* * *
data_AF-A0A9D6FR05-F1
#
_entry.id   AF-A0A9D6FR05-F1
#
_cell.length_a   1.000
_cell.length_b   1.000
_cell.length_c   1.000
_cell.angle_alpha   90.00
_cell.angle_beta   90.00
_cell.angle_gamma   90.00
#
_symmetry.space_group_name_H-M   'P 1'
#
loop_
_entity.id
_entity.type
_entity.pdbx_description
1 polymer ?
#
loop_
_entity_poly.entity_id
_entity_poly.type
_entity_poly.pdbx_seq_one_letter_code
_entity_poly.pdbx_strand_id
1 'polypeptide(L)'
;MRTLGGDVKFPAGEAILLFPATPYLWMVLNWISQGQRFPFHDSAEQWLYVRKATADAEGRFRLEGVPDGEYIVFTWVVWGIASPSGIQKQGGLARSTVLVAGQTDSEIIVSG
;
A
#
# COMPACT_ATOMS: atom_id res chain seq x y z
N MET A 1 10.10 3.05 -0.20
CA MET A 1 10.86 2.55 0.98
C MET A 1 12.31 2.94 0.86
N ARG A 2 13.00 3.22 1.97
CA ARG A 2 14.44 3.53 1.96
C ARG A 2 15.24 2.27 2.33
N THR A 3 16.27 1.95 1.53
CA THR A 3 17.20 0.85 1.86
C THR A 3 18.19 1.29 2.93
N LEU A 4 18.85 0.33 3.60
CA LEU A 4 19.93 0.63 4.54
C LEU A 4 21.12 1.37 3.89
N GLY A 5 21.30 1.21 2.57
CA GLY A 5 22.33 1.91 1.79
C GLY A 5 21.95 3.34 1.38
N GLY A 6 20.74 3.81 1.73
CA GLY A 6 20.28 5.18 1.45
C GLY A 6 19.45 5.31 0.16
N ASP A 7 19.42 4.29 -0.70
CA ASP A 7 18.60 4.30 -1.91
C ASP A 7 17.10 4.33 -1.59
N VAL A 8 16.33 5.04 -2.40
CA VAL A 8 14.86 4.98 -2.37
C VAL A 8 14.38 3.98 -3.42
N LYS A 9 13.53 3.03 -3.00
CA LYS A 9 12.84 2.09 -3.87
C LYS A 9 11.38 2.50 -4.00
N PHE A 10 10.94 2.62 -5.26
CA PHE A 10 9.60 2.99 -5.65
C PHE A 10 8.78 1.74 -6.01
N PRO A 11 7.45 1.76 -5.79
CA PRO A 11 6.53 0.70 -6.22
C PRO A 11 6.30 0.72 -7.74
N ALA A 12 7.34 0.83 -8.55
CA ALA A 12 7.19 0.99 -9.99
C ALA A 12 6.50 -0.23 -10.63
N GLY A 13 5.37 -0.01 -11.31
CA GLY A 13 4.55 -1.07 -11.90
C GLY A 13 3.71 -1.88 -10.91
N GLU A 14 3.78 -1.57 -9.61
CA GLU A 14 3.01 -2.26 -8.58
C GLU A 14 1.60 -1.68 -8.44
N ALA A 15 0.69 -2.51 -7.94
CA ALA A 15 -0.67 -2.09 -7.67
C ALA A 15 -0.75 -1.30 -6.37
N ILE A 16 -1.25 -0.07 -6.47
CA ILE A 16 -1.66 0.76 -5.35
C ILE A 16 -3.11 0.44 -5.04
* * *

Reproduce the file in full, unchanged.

data_AF-A0A9D6FR05-F1
#
_entry.id   AF-A0A9D6FR05-F1
#
_cell.length_a   1.000
_cell.length_b   1.000
_cell.length_c   1.000
_cell.angle_alpha   90.00
_cell.angle_beta   90.00
_cell.angle_gamma   90.00
#
_symmetry.space_group_name_H-M   'P 1'
#
loop_
_entity.id
_entity.type
_entity.pdbx_description
1 polymer ?
#
loop_
_entity_poly.entity_id
_entity_poly.type
_entity_poly.pdbx_seq_one_letter_code
_entity_poly.pdbx_strand_id
1 'polypeptide(L)'
;MRTLGGDVKFPAGEAILLFPATPYLWMVLNWISQGQRFPFHDSAEQWLYVRKATADAEGRFRLEGVPDGEYIVFTWVVWGIASPSGIQKQGGLARSTVLVAGQTDSEIIVSG
;
A
#
# COMPACT_ATOMS: atom_id res chain seq x y z
N MET A 1 10.10 3.05 -0.20
CA MET A 1 10.86 2.55 0.98
C MET A 1 12.31 2.94 0.86
N ARG A 2 13.00 3.22 1.97
CA ARG A 2 14.44 3.53 1.96
C ARG A 2 15.24 2.27 2.33
N THR A 3 16.27 1.95 1.53
CA THR A 3 17.20 0.85 1.86
C THR A 3 18.19 1.29 2.93
N LEU A 4 18.85 0.33 3.60
CA LEU A 4 19.93 0.63 4.54
C LEU A 4 21.12 1.37 3.89
N GLY A 5 21.30 1.21 2.57
CA GLY A 5 22.33 1.91 1.79
C GLY A 5 21.95 3.34 1.38
N GLY A 6 20.74 3.81 1.73
CA GLY A 6 20.28 5.18 1.45
C GLY A 6 19.45 5.31 0.16
N ASP A 7 19.42 4.29 -0.70
CA ASP A 7 18.60 4.30 -1.91
C ASP A 7 17.10 4.33 -1.59
N VAL A 8 16.33 5.04 -2.40
CA VAL A 8 14.86 4.98 -2.37
C VAL A 8 14.38 3.98 -3.42
N LYS A 9 13.53 3.03 -3.00
CA LYS A 9 12.84 2.09 -3.87
C LYS A 9 11.38 2.50 -4.00
N PHE A 10 10.94 2.62 -5.26
CA PHE A 10 9.60 2.99 -5.65
C PHE A 10 8.78 1.74 -6.01
N PRO A 11 7.45 1.76 -5.79
CA PRO A 11 6.53 0.70 -6.22
C PRO A 11 6.30 0.72 -7.74
N ALA A 12 7.34 0.83 -8.55
CA ALA A 12 7.19 0.99 -9.99
C ALA A 12 6.50 -0.23 -10.63
N GLY A 13 5.37 -0.01 -11.31
CA GLY A 13 4.55 -1.07 -11.90
C GLY A 13 3.71 -1.88 -10.91
N GLU A 14 3.78 -1.57 -9.61
CA GLU A 14 3.01 -2.26 -8.58
C GLU A 14 1.60 -1.68 -8.44
N ALA A 15 0.69 -2.51 -7.94
CA ALA A 15 -0.67 -2.09 -7.67
C ALA A 15 -0.75 -1.30 -6.37
N ILE A 16 -1.25 -0.07 -6.47
CA ILE A 16 -1.66 0.76 -5.35
C ILE A 16 -3.11 0.44 -5.04